Ismail Yahaya Antonio Ponce de Leon Olalekan A. Uthman Joaquim Soares Gloria Macassa


BACKGROUND: Childhood sexual abuse (CSA) is a substantial global health and human rights problem and consequently a growing concern in sub-Saharan Africa. We examined the association between individual and community-level socioeconomic status (SES) and the likelihood of reporting CSA. METHODS: We applied multiple multilevel logistic regression analysis on Demographic and Health Survey data for 6,351female adolescents between the ages of 15 and 18 years from six countries in sub-Saharan Africa, between 2006 and 2008. RESULTS: About 70% of the reported cases of CSA were between 14 and 17 years. Zambia had the highest proportion of reported cases of CSA (5.8%). At the individual and community level, we found that there was no association between CSA and socioeconomic position. This study provides evidence that the likelihood of reporting CSA cut across all individual SES as well as all community socioeconomic strata. CONCLUSIONS: We found no evidence of socioeconomic differentials in adolescents’ experience of CSA, suggesting that adolescents from the six countries studied experienced CSA regardless of their individual- and community-level socioeconomic position. However, we found some evidence of geographical clustering, adolescents in the same community are subject to common contextual influences. Further studies are needed to explore possible effects of countries’ political, social, economic, legal, and cultural impact on Childhood sexual abuse. © 2013 KUMS, All rights reserved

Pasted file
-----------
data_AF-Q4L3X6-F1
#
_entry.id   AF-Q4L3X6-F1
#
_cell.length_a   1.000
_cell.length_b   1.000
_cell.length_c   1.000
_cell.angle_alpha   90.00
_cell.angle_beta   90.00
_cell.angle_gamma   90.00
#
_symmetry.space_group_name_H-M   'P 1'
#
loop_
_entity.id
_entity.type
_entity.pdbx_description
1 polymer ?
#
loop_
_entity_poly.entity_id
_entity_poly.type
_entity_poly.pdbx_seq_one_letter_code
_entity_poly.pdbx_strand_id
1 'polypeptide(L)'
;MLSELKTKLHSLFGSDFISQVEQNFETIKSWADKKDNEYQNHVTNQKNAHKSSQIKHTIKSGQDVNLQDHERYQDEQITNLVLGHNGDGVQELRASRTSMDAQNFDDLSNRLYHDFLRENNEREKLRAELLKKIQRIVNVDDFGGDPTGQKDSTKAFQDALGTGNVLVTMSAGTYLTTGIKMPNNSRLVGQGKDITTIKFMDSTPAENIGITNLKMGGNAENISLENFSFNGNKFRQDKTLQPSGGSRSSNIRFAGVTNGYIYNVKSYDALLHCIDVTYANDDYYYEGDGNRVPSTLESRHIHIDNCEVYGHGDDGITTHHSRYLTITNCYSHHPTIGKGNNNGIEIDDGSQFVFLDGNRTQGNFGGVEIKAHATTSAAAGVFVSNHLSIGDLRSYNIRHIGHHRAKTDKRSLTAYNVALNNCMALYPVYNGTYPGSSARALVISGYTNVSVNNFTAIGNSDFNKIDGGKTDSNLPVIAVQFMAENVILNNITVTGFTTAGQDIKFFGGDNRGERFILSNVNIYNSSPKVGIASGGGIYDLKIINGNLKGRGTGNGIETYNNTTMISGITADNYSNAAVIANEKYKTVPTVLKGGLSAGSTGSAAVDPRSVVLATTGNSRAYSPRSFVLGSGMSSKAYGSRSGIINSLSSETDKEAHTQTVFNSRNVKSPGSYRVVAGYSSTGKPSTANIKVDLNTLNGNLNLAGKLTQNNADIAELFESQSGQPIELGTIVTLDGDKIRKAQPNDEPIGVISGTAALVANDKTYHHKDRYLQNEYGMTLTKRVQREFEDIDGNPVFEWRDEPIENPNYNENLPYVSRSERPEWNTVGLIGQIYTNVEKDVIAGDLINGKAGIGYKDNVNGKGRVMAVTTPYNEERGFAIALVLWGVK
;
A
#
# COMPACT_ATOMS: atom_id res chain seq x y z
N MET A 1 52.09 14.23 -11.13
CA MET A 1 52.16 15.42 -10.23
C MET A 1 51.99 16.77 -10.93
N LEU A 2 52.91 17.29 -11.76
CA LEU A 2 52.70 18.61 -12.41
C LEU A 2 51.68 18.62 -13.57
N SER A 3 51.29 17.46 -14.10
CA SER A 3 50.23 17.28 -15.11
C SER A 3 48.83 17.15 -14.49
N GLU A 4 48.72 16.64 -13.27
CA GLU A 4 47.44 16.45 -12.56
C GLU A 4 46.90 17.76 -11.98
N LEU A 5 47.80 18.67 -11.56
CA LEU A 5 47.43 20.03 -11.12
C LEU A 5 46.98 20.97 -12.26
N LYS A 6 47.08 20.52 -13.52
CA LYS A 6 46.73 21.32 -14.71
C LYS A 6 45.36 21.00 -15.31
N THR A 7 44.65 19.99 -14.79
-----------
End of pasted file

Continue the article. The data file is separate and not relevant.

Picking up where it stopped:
How to Cite
YAHAYA, Ismail et al. Individual and community-level socioeconomic position and its association with adolescents experience of childhood sexual abuse: a multilevel analysis of six countries in Sub-Saharan Africa. Journal of Injury and Violence Research, [S.l.], v. 6, n. 1, p. 21-30, june 2013. ISSN 2008-4072. Available at: <http://jivresearch.org/jivr/index.php/jivr/article/view/316>. Date accessed: 13 dec. 2017.
Childhood sexual abuse; Sexual violence; Sub-Saharan Africa; Socio-economic status; Neighborhoods; Health survey
Original Research Article

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